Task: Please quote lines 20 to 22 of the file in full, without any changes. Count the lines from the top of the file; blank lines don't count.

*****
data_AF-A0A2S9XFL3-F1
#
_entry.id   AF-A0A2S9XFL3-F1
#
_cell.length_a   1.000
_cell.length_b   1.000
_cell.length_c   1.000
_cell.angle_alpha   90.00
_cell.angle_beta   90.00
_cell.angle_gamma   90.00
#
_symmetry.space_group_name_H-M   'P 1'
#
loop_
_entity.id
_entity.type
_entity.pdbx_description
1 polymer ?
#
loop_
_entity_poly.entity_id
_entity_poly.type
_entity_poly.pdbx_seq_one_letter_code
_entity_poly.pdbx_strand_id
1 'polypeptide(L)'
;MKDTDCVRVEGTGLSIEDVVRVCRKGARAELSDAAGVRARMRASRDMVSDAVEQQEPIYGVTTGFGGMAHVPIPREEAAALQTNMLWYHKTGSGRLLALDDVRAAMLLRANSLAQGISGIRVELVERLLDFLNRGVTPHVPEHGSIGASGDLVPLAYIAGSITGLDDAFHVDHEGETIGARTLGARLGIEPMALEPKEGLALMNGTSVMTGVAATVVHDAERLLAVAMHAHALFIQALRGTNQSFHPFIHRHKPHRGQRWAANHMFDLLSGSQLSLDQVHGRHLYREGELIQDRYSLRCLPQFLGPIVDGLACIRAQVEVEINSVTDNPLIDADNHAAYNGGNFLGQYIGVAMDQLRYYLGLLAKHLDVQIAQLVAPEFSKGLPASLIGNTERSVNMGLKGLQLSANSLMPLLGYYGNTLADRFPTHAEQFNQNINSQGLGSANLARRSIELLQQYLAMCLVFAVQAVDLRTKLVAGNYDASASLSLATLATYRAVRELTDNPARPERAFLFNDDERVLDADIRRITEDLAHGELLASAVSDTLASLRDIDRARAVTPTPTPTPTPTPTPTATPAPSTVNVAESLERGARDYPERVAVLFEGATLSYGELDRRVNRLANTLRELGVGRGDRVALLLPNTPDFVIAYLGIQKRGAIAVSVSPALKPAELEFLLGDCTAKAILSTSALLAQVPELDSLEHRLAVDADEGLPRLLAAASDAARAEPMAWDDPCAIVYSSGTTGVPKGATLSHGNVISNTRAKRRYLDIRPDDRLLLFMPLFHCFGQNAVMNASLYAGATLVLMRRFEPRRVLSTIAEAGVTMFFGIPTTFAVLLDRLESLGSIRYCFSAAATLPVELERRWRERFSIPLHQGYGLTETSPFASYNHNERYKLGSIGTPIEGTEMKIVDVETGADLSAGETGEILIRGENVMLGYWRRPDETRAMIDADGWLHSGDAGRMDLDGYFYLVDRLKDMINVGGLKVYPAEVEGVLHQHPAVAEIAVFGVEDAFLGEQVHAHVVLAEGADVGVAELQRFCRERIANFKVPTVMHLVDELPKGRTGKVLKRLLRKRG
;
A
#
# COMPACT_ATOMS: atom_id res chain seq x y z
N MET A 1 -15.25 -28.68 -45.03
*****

loop_
_entity_poly.entity_id
_entity_poly.type